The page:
As music evolves, so should the charts

Technology has changed the way music is consumed

Billboard charts have long been one of the greatest and most recognized measures of success for musicians and their albums. But with the drastic changes in modern technology and how music is consumed, these valued charts are becoming more volatile and open to manipulation.

Historically, music charts were based on the only available data – album sales and radio play. We knew how many copies of an album sold and how many radio spins a single was getting. We could translate the radio play into estimated listeners, but that was as far as we could get.

Today, technology has brought a much deeper transparency to the consumption of music, all the way down to a granular level.

The internet and streaming provide per-listen data, through which we can see which songs are actually getting user attention and deserve more marketing. As a result, artists are adapting to this new normal and dropping multiple singles if their first one doesn’t get the desired traction before the release of their album. Some artists are releasing singles almost exclusively.

To account for the continued growth of streaming, Billboard’s Top 200 album chart now incorporates streaming activity into its calculations, along with the traditional measures like sales. However, album sales are no longer the norm, and this has led to savvy artists influencing the charts through strategic bundling.

Jon Bon Jovi successfully used this tactic earlier this year. Nearly a year and half after its initial release in 2016, his This House Is Not for Sale album flew back to No. 1 on the chart, when it was included with the purchase of concert tickets for his upcoming tour.

Last fall, Chris Brown provided a less successful example of trying to game the charts. In an attempt to gain success on the Billboard 200, Brown urged his 40.5 million Instagram followers to separately purchase several copies of his new 45-track “Heartbreak on a Full Moon” album and to stream it on auto-play to rack up plays. The attempt failed to help the album breakthrough on the chart, but it did gain attention for exposing the loopholes in how the charts are calculated.

These tricks are not new; almost every premium product includes an attached giveaway. They are just being reapplied in fresh ways in the music industry.

At a time when album sales are rapidly declining, why not build the purchase of your album into the price of concert tickets that are high in demand? In addition to the artist collecting their performance royalties, the purchase is counted as a regular album sale, helping boost the album to the top of the charts and giving it extra exposure and credibility.

This shift in strategy is a sign of the evolving times for the music industry, a business that has always been about pushing the boundaries and finding new ways to gain an edge.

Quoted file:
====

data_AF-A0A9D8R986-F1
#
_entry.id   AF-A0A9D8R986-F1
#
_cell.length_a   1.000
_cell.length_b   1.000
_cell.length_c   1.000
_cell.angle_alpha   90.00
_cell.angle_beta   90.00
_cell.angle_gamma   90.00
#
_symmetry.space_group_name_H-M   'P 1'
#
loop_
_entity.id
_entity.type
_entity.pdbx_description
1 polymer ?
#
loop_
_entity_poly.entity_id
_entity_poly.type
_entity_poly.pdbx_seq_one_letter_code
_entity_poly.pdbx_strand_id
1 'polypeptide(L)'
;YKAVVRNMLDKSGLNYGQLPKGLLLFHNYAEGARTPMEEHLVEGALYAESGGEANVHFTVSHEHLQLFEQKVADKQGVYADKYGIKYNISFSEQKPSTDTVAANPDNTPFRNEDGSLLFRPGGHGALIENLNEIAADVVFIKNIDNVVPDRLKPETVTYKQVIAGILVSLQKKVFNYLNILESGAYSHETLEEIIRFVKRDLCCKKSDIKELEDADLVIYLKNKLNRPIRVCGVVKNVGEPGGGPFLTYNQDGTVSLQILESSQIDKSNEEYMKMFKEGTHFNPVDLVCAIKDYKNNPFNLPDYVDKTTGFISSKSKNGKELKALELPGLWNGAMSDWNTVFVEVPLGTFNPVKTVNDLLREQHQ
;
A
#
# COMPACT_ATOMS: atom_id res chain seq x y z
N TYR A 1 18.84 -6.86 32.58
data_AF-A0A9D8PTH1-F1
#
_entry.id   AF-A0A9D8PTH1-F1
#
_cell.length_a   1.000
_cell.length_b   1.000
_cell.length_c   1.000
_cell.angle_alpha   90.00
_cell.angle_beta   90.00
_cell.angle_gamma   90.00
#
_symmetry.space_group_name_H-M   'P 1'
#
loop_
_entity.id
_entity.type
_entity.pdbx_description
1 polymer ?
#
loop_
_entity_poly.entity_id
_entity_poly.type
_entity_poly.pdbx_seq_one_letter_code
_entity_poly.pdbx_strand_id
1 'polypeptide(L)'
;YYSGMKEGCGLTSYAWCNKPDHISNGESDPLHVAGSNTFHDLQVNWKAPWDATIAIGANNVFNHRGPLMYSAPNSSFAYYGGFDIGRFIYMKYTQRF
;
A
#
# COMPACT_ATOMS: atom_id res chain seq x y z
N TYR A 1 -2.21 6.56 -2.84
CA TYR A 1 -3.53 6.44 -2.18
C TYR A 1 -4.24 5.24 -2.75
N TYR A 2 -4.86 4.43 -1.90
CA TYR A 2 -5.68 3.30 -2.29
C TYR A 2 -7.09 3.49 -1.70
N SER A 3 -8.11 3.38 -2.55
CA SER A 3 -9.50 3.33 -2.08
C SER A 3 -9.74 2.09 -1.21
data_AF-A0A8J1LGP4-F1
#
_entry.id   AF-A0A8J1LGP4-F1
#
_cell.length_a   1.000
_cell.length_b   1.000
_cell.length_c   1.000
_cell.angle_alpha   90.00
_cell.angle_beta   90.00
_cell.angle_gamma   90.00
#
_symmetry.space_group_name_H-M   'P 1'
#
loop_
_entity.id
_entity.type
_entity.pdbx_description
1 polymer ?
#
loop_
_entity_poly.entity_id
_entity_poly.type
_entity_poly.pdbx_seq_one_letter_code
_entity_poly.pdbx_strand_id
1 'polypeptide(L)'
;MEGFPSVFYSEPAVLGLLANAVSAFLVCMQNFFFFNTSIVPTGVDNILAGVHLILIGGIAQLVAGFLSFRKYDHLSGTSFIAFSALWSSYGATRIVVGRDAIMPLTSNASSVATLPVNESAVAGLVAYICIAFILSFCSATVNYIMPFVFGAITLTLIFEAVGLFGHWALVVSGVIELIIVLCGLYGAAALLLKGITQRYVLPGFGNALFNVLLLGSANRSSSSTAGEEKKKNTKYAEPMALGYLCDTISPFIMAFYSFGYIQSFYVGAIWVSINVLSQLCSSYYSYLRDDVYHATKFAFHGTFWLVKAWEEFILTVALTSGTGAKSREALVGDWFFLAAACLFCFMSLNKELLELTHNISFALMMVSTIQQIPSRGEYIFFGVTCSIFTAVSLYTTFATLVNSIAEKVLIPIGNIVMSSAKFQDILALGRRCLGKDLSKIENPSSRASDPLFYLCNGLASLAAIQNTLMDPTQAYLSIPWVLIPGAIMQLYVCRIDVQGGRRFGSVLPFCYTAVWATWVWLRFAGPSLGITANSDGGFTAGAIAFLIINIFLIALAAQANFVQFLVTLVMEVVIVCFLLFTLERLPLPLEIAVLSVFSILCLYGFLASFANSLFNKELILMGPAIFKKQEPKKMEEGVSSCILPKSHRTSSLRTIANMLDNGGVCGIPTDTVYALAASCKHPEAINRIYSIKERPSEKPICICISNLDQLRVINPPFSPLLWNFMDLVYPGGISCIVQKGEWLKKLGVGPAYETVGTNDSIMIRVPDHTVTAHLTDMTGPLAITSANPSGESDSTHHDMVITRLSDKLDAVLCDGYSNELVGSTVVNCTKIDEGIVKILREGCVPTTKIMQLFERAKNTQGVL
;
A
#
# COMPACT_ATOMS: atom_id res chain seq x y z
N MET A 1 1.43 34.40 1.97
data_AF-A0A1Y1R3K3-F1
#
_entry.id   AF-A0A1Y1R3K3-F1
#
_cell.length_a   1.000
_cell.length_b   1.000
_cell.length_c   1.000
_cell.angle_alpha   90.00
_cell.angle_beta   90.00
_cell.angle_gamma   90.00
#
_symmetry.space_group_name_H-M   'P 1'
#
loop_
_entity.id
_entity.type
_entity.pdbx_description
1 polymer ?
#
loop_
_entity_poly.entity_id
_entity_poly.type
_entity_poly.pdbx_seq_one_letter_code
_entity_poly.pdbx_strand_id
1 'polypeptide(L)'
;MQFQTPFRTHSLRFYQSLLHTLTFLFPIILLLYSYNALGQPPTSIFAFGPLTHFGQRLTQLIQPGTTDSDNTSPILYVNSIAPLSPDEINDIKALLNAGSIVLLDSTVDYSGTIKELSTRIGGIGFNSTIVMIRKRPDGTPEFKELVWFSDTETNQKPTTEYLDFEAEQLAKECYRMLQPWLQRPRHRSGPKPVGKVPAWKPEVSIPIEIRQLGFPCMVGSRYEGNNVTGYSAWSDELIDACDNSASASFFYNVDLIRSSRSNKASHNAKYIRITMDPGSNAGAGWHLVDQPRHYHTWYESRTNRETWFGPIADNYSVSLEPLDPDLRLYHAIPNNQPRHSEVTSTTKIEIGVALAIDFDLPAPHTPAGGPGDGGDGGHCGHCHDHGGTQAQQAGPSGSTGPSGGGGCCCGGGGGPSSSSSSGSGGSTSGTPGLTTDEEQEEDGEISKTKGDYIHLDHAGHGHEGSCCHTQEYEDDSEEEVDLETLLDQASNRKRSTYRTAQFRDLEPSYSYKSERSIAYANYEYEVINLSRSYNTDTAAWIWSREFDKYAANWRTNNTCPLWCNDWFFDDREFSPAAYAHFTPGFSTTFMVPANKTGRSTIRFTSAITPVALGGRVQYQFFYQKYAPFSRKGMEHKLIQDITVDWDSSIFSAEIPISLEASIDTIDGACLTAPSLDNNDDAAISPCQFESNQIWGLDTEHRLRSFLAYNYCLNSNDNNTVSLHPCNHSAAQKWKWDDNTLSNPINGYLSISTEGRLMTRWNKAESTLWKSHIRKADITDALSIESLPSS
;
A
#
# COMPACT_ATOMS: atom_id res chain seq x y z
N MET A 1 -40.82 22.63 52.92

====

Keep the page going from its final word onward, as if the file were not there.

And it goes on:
So, what’s next? What does this mean for the future of the Billboard Top 200 and the industry overall?

Going forward, the industry needs to give a fresh look at how music is evaluated for the charts in order to ensure that rankings are done in a manner which fairly represents real No. 1 songs, not artificial manipulations.

Reviewing additional data, such as trending the song on an album with the lowest amount of plays to see how many actually listened to the entire collection, may become necessary. Or perhaps it’s time to ultimately give less weight to album sales if bundling is able to make the charts so volatile and consumers are focused on streaming singles.

Most of us remember saving up for an album, taking it home and reading the album jacket while listening to an entire album in one sitting. In contrast, the younger generation today doesn’t buy or listen to entire albums, they only download or stream key songs.

Times have changed. Today’s new reality is that as the world moves to streaming, albums are disappearing, and we must all adjust to succeed in the music industry.

Billboard’s charts are an essential, common thread and an invaluable metric for musicians as they seek to remain competitive and successful. As the data sets evolve, so too will the charts and the way the industry releases, markets and sells music.

Alex Heiche is the CEO and founder of Sound Royalties, a company working to transform the way that music professionals fund their creativity.

Article provided by, Alex Heiche, CEO and founder of Sound Royalties, a company working to transform the way that music professionals fund their creativity.

Author: Buddy Iahn

Buddy Iahn founded The Music Universe when he decided to juxtapose his love of web design and music. As a lifelong drummer, he decided to take a hiatus from playing music to report it. The website began as a fun project in 2013 to one of the top independent news sites.

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